Southern states are hard-hit by the AIDS epidemic and short-changed in federal funds to address the crisis, say area activists.
They want to get their message across on Monday to Jeffrey S. Crowley, director of the White House's Office of National AIDS Policy, during a Jackson, Miss., discussion on national AIDS priorities.
"We're already disproportionately impacted by poverty and high rates of unemployment. It's important for people who are HIV-positive to be provided with life-sustaining drugs," said Sigga Jagne, a program manager for the Kentucky Department of Health.
While the South's $6,566 in per capita annual federal funding for someone with HIV ranks last among regions, the region leads the nation in the percentage of AIDS-related deaths, according to the Southern AIDS Coalition (SAC). CDC reports that 46 percent of new AIDS cases in 2007 were reported in the South.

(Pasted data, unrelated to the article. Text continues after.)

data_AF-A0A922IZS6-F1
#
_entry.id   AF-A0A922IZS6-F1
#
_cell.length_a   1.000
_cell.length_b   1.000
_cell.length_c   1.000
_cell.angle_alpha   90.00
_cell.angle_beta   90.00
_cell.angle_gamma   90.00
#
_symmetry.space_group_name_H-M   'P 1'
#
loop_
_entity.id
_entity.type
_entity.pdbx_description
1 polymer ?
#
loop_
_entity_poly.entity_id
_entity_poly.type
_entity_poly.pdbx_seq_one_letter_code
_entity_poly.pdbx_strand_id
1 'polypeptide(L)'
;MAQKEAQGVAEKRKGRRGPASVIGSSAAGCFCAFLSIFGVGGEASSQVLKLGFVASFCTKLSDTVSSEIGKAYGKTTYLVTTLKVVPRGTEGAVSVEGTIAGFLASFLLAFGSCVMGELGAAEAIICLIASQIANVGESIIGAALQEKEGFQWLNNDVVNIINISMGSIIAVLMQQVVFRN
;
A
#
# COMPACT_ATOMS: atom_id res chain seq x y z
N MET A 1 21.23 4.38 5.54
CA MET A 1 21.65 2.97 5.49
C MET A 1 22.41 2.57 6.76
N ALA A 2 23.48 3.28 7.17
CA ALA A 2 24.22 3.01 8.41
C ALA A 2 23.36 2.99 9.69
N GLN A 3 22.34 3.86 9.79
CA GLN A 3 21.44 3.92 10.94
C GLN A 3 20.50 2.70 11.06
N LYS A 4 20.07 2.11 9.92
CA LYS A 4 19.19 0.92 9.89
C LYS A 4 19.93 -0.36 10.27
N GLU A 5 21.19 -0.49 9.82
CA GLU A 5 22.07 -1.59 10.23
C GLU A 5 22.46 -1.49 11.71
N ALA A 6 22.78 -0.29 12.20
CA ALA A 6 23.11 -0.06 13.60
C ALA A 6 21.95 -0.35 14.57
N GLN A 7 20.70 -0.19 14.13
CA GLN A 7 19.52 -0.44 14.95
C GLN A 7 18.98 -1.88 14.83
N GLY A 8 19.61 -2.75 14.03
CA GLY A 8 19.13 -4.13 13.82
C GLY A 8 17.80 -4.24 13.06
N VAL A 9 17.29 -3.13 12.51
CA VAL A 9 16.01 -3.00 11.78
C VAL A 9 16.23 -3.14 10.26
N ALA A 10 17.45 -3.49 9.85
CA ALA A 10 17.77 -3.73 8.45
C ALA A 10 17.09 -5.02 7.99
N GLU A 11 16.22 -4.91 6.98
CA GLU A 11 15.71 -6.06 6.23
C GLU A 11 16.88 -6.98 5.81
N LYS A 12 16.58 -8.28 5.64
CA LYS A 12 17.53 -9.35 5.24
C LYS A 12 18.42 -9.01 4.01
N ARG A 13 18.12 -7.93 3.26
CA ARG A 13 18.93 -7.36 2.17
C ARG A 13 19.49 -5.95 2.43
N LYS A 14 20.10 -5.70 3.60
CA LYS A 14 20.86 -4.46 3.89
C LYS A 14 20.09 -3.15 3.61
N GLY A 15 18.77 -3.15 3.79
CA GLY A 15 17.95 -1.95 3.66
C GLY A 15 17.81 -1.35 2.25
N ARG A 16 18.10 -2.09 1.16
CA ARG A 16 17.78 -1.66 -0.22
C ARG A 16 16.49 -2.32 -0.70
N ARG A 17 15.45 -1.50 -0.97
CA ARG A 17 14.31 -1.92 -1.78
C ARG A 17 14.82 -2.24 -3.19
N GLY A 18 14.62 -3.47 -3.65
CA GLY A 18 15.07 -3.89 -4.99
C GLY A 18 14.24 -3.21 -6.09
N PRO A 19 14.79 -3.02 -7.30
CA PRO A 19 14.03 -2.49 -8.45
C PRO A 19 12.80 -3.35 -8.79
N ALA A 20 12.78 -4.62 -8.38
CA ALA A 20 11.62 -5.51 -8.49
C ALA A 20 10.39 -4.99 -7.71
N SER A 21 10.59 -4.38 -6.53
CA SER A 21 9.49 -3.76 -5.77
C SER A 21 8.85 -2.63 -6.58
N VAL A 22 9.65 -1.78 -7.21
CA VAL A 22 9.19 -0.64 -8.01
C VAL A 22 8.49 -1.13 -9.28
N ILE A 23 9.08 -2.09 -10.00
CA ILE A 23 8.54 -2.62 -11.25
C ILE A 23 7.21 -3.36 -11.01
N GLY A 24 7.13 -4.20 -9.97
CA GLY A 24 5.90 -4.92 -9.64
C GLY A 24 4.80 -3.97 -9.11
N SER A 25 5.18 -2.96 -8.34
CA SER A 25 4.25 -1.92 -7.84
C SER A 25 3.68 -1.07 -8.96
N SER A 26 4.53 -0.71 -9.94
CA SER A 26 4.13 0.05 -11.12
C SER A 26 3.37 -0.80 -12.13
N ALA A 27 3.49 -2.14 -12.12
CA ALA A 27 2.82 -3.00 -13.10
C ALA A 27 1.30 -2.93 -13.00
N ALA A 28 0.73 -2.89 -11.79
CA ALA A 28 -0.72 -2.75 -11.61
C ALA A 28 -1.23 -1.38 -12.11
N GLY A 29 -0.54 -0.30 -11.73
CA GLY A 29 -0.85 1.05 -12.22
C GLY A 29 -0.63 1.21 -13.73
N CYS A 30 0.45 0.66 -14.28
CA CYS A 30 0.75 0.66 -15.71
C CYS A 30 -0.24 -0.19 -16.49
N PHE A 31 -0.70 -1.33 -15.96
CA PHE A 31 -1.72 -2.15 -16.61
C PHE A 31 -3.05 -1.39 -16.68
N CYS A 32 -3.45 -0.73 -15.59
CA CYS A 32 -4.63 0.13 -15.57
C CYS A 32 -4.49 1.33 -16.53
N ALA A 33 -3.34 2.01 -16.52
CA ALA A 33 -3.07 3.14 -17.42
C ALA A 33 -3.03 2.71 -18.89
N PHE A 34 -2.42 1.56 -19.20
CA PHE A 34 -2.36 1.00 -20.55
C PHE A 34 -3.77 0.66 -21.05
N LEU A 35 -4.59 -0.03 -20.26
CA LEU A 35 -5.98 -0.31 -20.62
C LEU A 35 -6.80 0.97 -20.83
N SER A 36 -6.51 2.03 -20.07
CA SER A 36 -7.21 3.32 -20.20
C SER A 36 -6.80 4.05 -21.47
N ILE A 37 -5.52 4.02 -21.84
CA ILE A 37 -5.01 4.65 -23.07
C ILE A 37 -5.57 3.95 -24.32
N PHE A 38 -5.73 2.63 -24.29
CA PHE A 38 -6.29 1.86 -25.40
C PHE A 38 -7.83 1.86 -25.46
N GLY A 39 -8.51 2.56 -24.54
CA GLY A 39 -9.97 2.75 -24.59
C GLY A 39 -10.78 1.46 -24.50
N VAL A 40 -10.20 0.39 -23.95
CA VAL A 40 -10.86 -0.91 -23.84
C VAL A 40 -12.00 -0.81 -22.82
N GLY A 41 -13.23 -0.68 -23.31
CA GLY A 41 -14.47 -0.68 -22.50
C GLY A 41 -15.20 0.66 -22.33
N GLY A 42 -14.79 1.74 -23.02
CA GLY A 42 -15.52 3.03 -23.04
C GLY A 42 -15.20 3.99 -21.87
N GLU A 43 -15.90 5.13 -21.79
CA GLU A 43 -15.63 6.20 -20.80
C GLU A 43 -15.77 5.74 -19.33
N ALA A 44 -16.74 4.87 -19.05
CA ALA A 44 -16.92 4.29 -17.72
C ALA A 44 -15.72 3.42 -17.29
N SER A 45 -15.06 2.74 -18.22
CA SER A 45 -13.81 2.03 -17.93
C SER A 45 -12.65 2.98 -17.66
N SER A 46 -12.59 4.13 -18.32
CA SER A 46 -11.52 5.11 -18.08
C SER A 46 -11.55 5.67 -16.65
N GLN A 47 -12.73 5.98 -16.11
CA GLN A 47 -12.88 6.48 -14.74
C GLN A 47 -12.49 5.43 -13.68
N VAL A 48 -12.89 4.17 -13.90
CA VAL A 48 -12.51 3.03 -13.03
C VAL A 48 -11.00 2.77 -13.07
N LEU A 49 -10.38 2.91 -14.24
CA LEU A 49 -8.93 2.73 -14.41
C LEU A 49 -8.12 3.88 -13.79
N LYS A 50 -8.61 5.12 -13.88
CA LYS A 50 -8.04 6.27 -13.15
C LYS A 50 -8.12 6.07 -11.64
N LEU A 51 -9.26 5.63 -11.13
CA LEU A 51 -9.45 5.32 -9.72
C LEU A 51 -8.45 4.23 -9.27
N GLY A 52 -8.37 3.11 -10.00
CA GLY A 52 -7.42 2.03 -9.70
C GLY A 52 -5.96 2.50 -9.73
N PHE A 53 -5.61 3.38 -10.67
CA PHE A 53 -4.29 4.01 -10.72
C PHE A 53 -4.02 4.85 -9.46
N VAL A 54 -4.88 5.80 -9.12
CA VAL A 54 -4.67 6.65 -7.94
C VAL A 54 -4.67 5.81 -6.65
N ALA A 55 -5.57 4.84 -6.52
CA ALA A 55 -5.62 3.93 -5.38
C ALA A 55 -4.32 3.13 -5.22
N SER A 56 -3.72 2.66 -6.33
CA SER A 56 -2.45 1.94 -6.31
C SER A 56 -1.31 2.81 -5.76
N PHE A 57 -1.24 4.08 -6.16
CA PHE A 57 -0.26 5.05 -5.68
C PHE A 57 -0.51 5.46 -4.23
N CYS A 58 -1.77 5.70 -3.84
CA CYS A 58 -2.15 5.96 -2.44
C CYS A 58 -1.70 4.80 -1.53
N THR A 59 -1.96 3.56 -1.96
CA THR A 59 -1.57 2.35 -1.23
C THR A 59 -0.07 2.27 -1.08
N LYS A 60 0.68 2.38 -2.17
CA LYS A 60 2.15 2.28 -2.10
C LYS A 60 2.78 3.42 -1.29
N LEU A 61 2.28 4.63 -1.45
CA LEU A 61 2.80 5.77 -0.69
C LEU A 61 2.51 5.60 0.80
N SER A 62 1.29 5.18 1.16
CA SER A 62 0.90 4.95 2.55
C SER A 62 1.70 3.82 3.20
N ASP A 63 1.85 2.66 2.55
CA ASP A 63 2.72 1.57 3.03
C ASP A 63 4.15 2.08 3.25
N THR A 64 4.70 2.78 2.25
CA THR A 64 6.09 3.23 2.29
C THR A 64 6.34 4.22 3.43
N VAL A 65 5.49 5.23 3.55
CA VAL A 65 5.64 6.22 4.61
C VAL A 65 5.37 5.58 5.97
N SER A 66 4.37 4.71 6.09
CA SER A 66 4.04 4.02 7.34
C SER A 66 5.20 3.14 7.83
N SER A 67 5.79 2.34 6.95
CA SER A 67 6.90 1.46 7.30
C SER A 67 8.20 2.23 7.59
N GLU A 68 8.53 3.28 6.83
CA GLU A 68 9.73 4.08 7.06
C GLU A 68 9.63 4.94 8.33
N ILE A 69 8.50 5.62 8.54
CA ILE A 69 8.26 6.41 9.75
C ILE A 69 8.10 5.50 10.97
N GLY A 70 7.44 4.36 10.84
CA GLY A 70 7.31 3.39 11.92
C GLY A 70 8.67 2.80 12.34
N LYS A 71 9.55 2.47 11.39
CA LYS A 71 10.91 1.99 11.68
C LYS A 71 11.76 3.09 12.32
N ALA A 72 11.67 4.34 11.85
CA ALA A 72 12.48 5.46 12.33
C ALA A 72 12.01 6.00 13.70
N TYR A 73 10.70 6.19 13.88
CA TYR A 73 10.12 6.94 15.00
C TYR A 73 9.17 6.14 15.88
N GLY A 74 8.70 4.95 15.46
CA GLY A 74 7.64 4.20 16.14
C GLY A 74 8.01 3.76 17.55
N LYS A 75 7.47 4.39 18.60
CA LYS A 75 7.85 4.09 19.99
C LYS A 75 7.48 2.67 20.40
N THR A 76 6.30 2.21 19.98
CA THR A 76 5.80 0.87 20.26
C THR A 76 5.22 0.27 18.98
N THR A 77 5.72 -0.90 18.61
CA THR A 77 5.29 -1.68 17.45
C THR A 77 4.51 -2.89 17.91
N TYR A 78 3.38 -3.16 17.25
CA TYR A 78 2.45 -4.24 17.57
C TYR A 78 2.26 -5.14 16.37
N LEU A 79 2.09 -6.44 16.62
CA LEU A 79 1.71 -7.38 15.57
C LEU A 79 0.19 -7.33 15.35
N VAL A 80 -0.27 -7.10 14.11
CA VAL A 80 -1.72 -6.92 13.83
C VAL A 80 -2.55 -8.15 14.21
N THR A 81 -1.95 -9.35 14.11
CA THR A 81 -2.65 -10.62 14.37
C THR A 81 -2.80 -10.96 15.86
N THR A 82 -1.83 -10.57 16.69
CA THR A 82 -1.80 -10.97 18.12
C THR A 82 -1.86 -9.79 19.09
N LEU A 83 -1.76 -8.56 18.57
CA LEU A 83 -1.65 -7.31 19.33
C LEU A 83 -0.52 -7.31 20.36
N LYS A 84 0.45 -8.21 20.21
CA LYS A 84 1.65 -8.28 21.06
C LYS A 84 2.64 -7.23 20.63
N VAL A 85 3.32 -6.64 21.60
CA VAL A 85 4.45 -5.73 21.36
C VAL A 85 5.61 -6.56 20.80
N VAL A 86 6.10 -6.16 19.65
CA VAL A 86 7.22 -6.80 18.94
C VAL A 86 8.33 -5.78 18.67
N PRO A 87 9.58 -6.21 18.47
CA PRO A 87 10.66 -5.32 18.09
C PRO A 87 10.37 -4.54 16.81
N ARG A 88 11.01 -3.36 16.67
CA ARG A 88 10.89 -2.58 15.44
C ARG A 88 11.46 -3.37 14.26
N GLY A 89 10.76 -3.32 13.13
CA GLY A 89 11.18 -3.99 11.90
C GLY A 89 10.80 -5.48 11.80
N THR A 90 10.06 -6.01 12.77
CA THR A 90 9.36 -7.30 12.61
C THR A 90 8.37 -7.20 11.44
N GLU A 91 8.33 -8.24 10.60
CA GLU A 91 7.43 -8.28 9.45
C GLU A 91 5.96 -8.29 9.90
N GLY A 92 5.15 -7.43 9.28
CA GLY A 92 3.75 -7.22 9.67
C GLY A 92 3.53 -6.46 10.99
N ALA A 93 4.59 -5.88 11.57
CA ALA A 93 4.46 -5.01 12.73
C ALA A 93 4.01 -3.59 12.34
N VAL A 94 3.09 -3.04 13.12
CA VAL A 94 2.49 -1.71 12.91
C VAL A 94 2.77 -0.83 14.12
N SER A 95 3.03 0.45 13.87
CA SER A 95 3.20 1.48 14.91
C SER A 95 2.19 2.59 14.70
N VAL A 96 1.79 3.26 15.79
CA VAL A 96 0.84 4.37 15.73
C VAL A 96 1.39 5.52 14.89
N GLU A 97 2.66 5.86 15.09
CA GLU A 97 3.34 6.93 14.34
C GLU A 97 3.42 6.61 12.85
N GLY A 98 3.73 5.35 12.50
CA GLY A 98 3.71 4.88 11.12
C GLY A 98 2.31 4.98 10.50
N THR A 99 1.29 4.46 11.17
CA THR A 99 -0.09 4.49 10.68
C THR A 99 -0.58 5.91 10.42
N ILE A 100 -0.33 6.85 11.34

"Why is it that the South is not getting its fair share of federal money based on the epidemic?" asked SAC Executive Director Patrick Packer.
Crowley's agenda at Monday's community discussion is expected to focus on the prevalence of HIV in the South and the disproportionate effect of the disease on minorities.
An extension of the $2.2 billion Ryan White HIV/AIDS legislation signed last month will move the South to second place behind the Northeast in federal funding. Nevertheless, health officials in the South say inequities persist and the funding is inadequate to the task.
Kentucky, for example, has cut virtually all of the $250,000 it once spent for AIDS medications. Kentucky, Tennessee, and Arkansas all have waiting lists for their AIDS Drug Assistance Programs, which are primarily funded with federal dollars.
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